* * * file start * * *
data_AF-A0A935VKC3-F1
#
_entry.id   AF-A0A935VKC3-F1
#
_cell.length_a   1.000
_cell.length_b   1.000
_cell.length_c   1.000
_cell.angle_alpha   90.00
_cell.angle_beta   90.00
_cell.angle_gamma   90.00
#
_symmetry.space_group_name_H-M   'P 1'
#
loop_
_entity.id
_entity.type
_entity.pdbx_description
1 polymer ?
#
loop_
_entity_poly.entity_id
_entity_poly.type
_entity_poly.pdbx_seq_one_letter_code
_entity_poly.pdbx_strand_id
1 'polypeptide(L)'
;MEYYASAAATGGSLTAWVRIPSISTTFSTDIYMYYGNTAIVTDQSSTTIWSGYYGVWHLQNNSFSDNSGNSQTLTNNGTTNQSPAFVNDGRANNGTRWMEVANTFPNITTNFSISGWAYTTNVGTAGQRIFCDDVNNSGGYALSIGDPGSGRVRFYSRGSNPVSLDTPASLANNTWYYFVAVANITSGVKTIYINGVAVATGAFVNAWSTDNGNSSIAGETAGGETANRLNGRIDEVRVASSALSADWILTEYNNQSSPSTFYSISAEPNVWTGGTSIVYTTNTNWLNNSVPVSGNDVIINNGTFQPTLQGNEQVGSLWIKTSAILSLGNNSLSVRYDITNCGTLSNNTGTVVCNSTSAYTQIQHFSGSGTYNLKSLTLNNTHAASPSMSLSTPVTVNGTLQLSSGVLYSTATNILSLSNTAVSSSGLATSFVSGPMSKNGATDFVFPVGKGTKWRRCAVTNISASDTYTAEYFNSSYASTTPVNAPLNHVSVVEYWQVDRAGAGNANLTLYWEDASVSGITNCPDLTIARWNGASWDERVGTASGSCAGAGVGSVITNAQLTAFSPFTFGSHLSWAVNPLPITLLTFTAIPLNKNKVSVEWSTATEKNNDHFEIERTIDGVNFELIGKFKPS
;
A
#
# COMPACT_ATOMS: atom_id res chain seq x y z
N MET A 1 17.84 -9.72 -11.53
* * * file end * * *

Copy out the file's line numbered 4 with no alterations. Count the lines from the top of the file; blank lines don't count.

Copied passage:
#